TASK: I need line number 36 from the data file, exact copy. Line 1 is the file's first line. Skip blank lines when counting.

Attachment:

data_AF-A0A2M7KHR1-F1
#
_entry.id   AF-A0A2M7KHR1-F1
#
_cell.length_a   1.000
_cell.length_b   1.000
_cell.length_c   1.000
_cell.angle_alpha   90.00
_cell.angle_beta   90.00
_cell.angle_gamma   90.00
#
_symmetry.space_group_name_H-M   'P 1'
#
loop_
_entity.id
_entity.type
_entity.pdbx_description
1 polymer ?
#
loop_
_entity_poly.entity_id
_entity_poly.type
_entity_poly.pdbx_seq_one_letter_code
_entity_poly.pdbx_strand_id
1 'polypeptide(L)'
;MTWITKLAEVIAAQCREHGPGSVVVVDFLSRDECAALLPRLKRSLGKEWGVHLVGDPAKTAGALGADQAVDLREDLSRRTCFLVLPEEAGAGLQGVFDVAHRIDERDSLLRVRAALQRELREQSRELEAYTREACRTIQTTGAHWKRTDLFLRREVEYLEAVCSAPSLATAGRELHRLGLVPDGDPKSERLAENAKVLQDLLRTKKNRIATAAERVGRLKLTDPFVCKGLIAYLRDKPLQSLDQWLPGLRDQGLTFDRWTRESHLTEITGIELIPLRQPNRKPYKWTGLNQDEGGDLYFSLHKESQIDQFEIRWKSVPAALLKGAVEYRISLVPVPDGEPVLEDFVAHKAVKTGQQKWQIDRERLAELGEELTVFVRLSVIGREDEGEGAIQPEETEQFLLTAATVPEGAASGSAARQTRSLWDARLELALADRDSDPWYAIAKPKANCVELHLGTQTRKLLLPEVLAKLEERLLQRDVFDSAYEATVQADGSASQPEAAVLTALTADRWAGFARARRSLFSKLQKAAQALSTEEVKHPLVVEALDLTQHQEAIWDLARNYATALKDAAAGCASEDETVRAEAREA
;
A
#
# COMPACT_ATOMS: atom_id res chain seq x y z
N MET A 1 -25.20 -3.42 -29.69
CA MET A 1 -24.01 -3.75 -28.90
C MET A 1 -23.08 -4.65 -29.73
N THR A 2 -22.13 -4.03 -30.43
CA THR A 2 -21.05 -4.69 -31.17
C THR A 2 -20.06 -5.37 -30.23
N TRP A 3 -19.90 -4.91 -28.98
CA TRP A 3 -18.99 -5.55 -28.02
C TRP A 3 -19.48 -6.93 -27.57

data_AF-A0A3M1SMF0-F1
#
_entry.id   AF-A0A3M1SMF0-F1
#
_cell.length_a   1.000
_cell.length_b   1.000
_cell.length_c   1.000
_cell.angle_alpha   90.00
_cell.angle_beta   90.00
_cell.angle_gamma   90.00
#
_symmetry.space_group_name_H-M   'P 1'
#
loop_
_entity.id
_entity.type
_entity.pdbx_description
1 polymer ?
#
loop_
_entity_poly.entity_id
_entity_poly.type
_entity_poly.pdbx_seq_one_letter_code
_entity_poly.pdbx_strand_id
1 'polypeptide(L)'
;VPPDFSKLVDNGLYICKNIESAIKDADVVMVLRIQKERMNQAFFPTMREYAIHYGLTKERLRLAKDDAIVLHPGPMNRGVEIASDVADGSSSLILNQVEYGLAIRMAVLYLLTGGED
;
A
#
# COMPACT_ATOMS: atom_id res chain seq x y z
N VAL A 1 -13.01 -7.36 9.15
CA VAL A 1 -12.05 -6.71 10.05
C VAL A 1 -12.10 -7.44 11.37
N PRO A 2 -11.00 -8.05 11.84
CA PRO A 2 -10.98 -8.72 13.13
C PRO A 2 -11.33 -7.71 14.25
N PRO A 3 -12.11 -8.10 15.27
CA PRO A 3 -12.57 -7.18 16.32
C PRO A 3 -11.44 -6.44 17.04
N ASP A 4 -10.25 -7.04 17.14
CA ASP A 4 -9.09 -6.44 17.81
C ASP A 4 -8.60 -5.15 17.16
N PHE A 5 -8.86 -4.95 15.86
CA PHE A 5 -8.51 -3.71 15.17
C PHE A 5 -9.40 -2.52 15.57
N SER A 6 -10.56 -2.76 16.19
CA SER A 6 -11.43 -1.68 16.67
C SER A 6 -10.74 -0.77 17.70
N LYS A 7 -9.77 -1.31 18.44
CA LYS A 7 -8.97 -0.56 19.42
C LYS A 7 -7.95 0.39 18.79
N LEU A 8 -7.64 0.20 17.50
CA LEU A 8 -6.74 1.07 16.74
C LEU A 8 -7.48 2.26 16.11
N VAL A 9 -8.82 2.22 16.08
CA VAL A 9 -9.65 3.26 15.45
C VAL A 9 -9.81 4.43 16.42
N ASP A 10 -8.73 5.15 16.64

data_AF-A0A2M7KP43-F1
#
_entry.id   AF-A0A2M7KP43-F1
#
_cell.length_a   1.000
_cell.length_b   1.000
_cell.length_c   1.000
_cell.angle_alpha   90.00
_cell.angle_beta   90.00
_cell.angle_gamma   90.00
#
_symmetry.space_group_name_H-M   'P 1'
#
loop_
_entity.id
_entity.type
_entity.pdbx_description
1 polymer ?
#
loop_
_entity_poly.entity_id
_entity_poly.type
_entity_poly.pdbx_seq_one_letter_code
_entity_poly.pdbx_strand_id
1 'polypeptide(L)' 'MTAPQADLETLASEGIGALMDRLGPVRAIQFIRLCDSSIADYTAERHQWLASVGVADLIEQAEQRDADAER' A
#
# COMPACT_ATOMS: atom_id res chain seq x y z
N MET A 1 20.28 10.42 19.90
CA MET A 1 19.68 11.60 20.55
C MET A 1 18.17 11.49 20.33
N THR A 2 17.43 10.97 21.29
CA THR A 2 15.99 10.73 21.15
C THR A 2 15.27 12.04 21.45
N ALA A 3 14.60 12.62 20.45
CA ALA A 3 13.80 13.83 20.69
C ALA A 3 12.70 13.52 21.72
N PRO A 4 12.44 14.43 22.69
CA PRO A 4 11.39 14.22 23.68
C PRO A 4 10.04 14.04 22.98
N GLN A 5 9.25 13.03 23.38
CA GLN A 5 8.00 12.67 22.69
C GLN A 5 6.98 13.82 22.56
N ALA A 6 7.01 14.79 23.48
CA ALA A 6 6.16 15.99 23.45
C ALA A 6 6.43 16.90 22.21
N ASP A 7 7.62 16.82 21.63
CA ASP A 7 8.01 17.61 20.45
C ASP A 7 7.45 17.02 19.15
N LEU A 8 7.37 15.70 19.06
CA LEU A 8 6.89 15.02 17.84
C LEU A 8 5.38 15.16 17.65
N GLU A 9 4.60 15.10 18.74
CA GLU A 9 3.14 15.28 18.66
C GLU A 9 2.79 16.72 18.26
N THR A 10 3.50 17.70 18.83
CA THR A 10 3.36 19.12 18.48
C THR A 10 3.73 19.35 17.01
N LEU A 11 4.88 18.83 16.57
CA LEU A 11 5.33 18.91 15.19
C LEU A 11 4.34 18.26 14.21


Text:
C THR A 2 -20.06 -5.37 -30.23